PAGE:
The long upper wick of the candlestick pattern indicates that the buyers drove prices up at some point during the period in which the candle was formed, but encountered selling pressure which drove prices back down to close near to where they opened. When encountering an inverted hammer, traders often check for a higher open and close on the next period to validate it as a bullish signal.
(11) ‘Morning Star’
A bullish candlestick pattern that consists of three candles that have demonstrated the following characteristics:
1. The first bar is a large red candlestick located within a defined downtrend.
2. The second bar is a small-bodied candle (either red or white) that closes below the first red bar.
3. The last bar is a large white candle that opens above the middle candle and closes near the center of the first bar’s body.
As shown by the chart, this pattern is used by traders as an early indication that the downtrend is about to reverse.
A morning star pattern can be useful in determining trend changes, particularly when used in conjunction with other technical indicators. Many traders also use price oscillators such as the MACD and RSI to confirm the reversal.
(12) ‘Evening Star’
A bearish candlestick pattern consisting of three candles that have demonstrated the following characteristics:
1. The first bar is a large white candlestick located within an uptrend.
2. The middle bar is a small-bodied candle (red or white) that closes above the first white bar.
3. The last bar is a large red candle that opens below the middle candle and closes near the center of the first bar’s body.
As shown by the chart below, this pattern is used by traders as an early indication that the uptrend is about to reverse.
Evening star formations can be useful in determining trend changes, particularly when used in conjunction with other indicators. Many traders use price oscillators and trendlines to confirm this candlestick pattern.
(13) ‘Harami Cross’
A trend indicated by a large candlestick followed by a doji that is located within the top and bottom of the candlestick’s body. This indicates that the previous trend is about to reverse.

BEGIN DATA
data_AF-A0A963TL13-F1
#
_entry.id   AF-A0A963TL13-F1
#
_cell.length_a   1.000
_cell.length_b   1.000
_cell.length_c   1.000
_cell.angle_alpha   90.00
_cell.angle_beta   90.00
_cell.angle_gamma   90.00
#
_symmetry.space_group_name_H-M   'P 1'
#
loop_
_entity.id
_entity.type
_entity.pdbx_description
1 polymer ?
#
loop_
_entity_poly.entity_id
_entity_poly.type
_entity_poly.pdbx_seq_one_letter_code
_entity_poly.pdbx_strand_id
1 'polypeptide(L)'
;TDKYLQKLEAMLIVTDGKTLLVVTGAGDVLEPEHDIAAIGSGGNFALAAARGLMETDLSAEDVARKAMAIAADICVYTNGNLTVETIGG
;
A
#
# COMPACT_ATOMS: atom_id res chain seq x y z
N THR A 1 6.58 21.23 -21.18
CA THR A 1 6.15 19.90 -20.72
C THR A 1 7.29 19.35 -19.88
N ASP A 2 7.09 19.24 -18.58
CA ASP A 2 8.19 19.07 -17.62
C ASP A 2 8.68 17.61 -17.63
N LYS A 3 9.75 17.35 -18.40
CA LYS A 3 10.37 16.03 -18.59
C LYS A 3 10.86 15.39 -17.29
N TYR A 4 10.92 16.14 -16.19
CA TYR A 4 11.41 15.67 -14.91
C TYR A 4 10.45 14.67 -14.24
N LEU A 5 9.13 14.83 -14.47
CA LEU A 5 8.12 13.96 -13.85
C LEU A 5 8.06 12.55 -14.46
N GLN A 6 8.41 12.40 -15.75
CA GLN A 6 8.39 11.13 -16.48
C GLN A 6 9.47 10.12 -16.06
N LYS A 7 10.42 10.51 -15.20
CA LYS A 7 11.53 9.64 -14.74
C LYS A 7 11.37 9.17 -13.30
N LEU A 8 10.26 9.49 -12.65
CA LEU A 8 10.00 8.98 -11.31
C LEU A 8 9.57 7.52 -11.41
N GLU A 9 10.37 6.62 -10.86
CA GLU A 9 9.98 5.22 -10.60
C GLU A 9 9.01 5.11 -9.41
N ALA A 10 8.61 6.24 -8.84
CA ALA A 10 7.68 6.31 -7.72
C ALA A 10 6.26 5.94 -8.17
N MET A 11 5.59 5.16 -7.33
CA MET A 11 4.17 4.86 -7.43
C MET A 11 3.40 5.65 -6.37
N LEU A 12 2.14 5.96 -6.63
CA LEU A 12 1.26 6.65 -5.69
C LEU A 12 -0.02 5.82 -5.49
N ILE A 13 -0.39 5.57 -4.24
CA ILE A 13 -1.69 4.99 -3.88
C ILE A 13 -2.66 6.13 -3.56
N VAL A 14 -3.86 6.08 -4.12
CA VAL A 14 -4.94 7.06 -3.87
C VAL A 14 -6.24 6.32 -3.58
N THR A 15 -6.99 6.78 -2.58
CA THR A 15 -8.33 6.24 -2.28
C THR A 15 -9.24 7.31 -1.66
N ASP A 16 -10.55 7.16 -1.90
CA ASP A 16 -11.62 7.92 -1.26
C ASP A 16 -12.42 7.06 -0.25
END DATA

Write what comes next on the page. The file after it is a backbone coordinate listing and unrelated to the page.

A Harami cross can be either bullish or bearish, depending on the previous trend. The appearance of a Harami Cross, rather than a smaller body, increases the likelihood that the trend will reverse.
(14) ‘Bearish Harami’
A trend indicated by a large candlestick followed by a much smaller candlestick with a that body is located within the vertical range of the larger candle’s body. Such a pattern is an indication that the previous upward trend is coming to an end.
A bearish harami may be formed from a combination of a large white or black candlestick and a smaller white or black candlestick.
The smaller the second candlestick, the more likely the reversal. It is thought to be a strong sign that a trend is ending when a large white candle stick is followed by a small black candlestick.
(15) ‘Shooting Star’
A type of candlestick formation that results when a security’s price, at some point during the day, advances well above the opening price but closes lower than the opening price.
In order for a candlestick to be considered a shooting star, the formation must be on an upward or bullish trend. Furthermore, the distance between the highest price for the day and the opening price must be more than twice as large as the shooting star’s body.
Finally, the distance between the lowest price for the day and the closing price must be very small or non existent.
(Sources :- www.investopedia.com)